Wednesday, October 12, 2011
Gautreaux, Montgomery and Theall vie for Division M judge seat. By Heather Miller
When voters head to the polls Oct. 22, the ballot for a district judge’s seat in one of two sections completely devoted to family court will include three Lafayette lawyers with extensive backgrounds in family law.
Kay Karré Gautreaux, Marshall Montgomery and Susan Theall are vying for the Division M judge’s seat, which was vacated by Phyllis Keaty last year when she was elected to the Third Circuit Court of Appeal.
Though Division M is dedicated to a very specific sector of law, it’s an important distinction as the division only handles cases involving children.
“We’re dealing with the most emotional, complex issues there are in law,” Theall points out.
A Lafayette native and resident, Gautreaux is an alumna of both Our Lady of Fatima High School and LSU law school. Before starting her private practice in town, Gautreaux served as a law clerk in district court and was later selected for a clerkship with U.S. District Judge John Shaw. In addition to her family law practice, Gautreaux also handles misdemeanor drug and domestic abuse cases for the public defender’s office in Lafayette.
“I say that I’m a family’s lawyer rather than a family law lawyer,” Gautreaux says. “I handle all aspects of family life, successions, wills, estate planning, fender benders when kids are in trouble, and I’m an indigent defender that handles all domestic abuse battery and violations of protective orders. I’m committed because I’m a wife and mother, and I do handle family law matters. I feel I could do the most good here.”
As of Sept. 22, the most recent reporting period available from the Louisiana Board of Ethics, Gautreaux had almost $54,000 in campaign contributions.
Like Gautreaux, this election cycle marks the first time Montgomery has run for public office. Montgomery says his practice in Lafayette is 89 percent family law and has been for 20 years. A Lafayette High and UL Lafayette graduate, Montgomery earned his law degree from the Mississippi College School of Law. He says his wide variety of work experience, which goes beyond family law, will help to round out the qualities needed for the bench.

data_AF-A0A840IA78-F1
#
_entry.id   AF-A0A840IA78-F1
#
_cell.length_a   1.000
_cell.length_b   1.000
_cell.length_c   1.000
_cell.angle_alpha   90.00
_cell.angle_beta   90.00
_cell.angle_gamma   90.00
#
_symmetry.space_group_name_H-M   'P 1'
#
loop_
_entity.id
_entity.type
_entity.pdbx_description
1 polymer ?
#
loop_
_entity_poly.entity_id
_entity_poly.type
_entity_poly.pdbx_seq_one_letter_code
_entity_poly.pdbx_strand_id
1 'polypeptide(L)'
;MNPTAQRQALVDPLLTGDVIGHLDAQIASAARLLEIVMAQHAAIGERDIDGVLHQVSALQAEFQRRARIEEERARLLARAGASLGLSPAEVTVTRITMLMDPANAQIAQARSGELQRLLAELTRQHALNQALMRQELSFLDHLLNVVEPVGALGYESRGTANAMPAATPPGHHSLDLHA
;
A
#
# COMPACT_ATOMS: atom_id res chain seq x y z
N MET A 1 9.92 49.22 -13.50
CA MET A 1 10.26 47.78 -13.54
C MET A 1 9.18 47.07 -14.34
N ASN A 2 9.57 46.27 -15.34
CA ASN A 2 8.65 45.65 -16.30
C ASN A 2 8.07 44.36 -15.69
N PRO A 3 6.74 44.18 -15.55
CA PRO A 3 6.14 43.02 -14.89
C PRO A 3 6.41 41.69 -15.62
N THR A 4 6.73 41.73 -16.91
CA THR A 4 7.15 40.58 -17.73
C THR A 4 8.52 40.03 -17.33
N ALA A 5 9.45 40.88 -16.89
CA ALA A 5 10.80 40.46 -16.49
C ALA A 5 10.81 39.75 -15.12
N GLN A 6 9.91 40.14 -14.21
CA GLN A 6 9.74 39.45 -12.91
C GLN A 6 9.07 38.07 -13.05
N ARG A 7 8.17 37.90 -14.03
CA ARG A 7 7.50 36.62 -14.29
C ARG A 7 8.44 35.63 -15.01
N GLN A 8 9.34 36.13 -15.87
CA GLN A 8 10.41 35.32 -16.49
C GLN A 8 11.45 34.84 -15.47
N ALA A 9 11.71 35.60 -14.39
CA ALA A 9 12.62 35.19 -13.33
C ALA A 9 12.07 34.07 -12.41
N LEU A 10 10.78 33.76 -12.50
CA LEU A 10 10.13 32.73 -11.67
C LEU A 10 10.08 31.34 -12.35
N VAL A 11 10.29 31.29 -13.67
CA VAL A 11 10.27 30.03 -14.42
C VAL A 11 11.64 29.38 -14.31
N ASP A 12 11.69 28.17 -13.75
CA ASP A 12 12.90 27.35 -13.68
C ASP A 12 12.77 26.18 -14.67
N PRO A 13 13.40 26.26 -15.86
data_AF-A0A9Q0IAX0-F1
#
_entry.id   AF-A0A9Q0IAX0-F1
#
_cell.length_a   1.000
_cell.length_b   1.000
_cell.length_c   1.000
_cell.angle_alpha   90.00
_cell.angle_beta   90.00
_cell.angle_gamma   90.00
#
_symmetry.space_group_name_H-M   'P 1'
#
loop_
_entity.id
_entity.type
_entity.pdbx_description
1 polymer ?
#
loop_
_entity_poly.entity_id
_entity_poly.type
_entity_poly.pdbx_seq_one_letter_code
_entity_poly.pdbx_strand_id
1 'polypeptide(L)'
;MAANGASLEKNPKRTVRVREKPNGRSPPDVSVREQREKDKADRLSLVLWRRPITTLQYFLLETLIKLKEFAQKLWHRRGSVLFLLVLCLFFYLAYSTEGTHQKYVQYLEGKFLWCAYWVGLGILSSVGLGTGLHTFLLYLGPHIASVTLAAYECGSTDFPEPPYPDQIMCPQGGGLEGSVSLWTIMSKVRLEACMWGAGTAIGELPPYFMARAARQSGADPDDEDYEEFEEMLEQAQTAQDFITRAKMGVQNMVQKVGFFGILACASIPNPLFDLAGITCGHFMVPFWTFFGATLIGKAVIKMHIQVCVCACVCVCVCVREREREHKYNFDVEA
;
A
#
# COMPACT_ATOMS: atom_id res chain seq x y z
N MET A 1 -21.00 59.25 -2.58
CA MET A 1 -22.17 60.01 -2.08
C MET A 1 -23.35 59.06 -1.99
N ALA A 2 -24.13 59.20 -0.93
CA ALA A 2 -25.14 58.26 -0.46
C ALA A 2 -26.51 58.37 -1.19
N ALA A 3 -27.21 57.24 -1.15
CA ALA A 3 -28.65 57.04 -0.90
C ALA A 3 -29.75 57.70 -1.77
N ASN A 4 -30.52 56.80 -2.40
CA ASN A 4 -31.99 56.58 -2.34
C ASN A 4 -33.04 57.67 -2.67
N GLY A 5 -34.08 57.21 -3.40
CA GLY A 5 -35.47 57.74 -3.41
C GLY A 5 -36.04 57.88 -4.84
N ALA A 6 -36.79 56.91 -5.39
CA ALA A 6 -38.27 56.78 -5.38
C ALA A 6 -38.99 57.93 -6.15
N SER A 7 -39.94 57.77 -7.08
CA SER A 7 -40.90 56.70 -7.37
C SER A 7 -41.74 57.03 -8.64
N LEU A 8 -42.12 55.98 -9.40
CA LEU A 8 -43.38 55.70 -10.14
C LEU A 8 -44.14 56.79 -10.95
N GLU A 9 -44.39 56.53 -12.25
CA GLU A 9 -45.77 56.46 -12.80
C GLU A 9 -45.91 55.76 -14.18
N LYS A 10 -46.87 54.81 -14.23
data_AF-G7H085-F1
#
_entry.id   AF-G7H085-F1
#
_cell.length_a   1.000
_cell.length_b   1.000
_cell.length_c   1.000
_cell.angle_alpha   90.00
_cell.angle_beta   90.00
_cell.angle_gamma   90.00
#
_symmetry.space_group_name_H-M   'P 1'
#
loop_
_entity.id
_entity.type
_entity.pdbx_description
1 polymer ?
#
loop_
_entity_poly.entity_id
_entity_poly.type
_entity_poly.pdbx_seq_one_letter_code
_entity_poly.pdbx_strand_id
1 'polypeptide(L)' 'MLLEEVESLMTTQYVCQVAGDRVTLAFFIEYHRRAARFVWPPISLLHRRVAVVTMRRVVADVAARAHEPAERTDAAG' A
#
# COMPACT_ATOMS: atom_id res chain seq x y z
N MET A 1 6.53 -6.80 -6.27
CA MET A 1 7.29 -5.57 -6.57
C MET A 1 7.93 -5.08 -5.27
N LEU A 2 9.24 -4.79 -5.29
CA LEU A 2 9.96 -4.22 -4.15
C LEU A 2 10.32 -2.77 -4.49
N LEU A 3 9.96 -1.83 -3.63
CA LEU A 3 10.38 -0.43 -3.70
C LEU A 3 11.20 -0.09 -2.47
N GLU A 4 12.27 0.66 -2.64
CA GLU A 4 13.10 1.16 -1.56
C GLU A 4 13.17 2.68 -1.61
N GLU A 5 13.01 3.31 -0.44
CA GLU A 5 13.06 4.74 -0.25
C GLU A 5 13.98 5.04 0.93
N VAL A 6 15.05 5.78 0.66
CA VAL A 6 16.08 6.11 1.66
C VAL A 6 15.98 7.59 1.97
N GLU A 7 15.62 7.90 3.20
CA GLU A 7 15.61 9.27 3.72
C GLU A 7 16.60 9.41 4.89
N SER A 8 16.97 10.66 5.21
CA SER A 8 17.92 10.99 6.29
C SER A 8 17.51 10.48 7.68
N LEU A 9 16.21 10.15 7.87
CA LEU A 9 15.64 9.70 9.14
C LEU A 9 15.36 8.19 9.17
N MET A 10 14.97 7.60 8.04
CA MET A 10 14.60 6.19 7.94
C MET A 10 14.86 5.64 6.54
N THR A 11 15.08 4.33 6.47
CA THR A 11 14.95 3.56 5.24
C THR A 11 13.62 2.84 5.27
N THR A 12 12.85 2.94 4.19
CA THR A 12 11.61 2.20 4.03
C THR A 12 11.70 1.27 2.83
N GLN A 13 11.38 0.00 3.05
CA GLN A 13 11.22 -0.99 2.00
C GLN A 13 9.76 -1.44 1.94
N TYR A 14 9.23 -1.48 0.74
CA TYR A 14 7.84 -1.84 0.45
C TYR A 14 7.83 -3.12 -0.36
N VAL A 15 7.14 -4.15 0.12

“I think with the vacancy, it’s an opportunity for me to give back to the people what I have to offer,” Montgomery says. “The judges have to be able to deal with their problems quickly, obviously fairly and with a lot of compassion. I come from a large family and have children of my own. I know what it’s like. I know the dynamics. And I know what it’s like to work hard and relate to people. I’ve not only done divorce and alimony work, I’ve also been in the business environment, done criminal work, personal injury and multi million dollar business transactions. I know what it’s like to work in court more closely with the attorneys to resolve problems.”
Montgomery had a little more than $54,000 in his campaign coffers as of Sept. 22.
For Theall, family court isn’t just an integral part of her job as a private practice family court attorney, she says. It’s a passion that led her to become one of seven Lafayette attorneys who successfully pushed for the creation of a separate family court division in Lafayette, which the Louisiana Supreme Court approved in 1999.
A Northside High, UL Lafayette and Loyola law school grad, Theall made an unsuccessful run for district judge against current family court Judge David Blanchet 10 years ago. She has raised more than $77,000 in campaign contributions as of Sept. 22.
“I’m the candidate with the most experience when it comes to the best interest of children,” Theall says. “I’ve spent my entire career being a voice for children and an advocate for parents. You have to be fair, responsible, compassionate, and have to resolve matters quickly with as little conflict as possible. The whole idea is to ensure that children get supported as quickly as possible. When it drags on for three or four months, parents’ worst fears come to the forefront. The degree of animosity intensifies and parents lose sight sometimes on what’s most important.”
The world is a politically tense place these days with hot spots ranging from the Middle East to Ukraine. In Louisiana and Mississippi, where the political chessboard tends to be a lot less threatening and at times entertaining, this election season is living up to expectations.
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